on 4 May 2009
I was looking for a stats book that would explain everything in plain english, to help me through my Clinical Psychology Doctorate interviews. When I saw this book I had to buy it immediately as I had the pleasure of being taught by Mark Forshaw many years ago at Coventry and he was by far and away the best lecturer we ever had - always making the mundane and hard to follow topics funny and understandable. I was not disappointed. I read the book from beginning to end in 2 afternoons and actually enjoyed it! It covers all the main areas, and stats, that you need to know in a way that actually makes sense. This book gave me enormous confidence going into my interviews and I've ended up with an offer from Manchester and a reserve at Leeds. So thanks Mark! Even after all these years your approach works the best.
I've never left a review for anything before but I can't recommend this book more highly - buy it if you want to understand the basics of stats in Psychology, it'll serve you well!
on 10 February 2009
Getting your head around statistics can be a very daunting task, especially for first year psychology students who have little or no prior knowledge of statistical concepts. Easy Statistics is a book I would recommend to all single and joint honoured psychology students; it's written in a clear concise manner with humours lines here and there just to lighten the mood of such a dull topic. It's easy to follow and the author gives clear cut details of the things you really need to know, unlike many other statistical books I have read which waffle on about the history of how these statistical calculations came to be!
It really is a book that walks you step-by-step through everything you will probably ever need to know for your Bsc Psychology degree at Undergraduate level. This book is well worth the investment and I honestly can't recommend it strongly enough. I am presently a First year psychology student who went from not knowing anything about statistics to being able to sit a statistical exam and come out feeling very confident.
on 26 March 2012
I stumbled across this book in a public library by accident and thank godness i did! This is an absolutely excellent book for anyone who is not familiar with statistics when embarking on a Psychology degree or any other degree requiring stats.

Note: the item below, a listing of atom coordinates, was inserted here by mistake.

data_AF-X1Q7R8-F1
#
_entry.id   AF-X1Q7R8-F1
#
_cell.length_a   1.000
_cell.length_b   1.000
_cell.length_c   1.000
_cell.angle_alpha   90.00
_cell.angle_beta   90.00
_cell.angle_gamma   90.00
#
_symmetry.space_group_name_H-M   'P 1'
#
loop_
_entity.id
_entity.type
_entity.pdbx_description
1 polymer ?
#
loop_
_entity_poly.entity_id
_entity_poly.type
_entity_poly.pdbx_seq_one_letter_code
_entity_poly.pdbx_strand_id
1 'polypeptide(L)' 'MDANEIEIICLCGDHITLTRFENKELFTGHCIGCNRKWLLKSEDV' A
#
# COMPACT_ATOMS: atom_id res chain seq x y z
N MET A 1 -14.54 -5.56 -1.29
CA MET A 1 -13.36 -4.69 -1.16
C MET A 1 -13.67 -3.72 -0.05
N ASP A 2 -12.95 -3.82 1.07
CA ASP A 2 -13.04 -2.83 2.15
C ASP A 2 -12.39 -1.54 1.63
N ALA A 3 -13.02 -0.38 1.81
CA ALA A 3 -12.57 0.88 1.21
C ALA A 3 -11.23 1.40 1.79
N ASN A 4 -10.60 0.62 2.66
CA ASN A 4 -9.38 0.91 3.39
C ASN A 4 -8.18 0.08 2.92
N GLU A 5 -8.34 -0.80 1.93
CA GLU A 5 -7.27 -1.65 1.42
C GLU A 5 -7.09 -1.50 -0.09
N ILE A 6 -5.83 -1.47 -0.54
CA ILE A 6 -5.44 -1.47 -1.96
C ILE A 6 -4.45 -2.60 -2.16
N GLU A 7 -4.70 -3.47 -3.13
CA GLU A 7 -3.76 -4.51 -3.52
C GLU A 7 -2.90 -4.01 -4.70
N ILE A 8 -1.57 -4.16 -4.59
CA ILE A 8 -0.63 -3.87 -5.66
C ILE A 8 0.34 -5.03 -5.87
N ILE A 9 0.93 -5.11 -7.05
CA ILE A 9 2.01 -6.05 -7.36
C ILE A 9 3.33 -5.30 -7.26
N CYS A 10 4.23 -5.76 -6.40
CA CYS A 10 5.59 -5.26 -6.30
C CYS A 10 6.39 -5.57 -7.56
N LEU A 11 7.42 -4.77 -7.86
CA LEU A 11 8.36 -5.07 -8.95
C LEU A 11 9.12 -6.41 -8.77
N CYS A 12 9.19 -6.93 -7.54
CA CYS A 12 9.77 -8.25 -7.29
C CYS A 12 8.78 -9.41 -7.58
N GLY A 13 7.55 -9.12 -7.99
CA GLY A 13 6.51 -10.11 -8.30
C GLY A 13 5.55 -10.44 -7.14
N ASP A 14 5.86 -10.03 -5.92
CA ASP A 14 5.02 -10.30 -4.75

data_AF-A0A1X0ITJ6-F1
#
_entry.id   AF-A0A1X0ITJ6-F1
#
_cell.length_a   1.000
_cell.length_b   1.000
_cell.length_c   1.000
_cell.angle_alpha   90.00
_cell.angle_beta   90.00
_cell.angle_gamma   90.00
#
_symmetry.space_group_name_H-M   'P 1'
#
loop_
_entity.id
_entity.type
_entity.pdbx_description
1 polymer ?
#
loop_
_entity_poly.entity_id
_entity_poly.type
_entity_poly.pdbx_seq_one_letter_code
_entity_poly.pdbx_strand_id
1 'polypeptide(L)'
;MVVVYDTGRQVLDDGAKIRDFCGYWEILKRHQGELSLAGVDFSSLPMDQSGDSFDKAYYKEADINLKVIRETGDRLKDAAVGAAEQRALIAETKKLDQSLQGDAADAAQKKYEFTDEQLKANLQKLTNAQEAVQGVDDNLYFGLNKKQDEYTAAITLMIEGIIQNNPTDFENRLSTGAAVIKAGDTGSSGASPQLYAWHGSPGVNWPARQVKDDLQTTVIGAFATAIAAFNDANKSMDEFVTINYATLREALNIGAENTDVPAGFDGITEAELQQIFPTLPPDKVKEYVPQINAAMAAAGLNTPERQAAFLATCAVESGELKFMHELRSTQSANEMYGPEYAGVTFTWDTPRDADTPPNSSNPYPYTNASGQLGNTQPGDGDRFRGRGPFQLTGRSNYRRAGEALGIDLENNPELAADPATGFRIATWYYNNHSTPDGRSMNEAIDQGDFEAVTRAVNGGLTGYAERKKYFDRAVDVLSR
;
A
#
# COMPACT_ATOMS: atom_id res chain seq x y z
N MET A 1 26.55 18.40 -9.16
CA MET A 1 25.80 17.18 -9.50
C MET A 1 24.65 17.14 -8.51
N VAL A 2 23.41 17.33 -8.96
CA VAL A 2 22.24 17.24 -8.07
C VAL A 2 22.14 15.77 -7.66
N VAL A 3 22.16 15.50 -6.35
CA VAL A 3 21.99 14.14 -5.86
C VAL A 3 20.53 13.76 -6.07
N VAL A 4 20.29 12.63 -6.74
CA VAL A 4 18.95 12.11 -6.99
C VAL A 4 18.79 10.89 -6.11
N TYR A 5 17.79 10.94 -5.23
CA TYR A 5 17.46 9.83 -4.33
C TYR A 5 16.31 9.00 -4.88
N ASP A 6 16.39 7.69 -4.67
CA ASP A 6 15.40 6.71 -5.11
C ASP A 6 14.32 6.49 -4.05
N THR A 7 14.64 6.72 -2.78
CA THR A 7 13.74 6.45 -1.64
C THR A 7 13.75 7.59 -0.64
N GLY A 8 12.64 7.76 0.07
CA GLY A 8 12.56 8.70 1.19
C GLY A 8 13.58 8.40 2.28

I often found in my lectures that the Lecturers would talk about 'Variance', 'ANOVAs', 'T-Tests' etc, often in relation to commands on SPSS, without actually explaining the fundamental basics of what these tests meant and what they were looking at. Therefore, i found myself running through 'steps' with statistics without really understanidng what i was doing.
That is where this book came in - it explains everything simply but effectively and, once reading, i felt like for the first time i actually understood the 'point' of the tests and what they were looking at. I found myself feeling alot more comfortable with statistics and even explaining the tests to others using the analogies from the book. The book gives you a sound basis for understanding and using statistical tests using plain English and ,once you read this, stuff starts making a whole lot more sense!
I now have my own copy of this book which, despite having graduated, i still refer to whenever i have to perform any stats in my job. My only regret is that i didnt discover it sooner!
on 21 November 2012
I didn't like this book at first. I originally studied physics, so I'm not afraid of seeing a bit of mathematics. I had a quick flick through initially and immediately thought the whole book seemed a bit too 'wordy'. However, after reading through the first few chapters, I realized the value of this book. It explains in a very insightful way, why the statistics are useful and when to use them.
In my opinion though, I recommend reading this in conjunction with a basic mathematical book on statistics to get a full understanding.
on 7 November 2010
I bought this book in desperation facing a year of stats lectures that were going completely over my head. This book has been great in giving a very down to earth explanation of what the terms mean and how they can really be used. If I had one criticism, it's that it lacks some depth in places, but I reckon for those bits I'm interested in, I can look to more in-depth texts.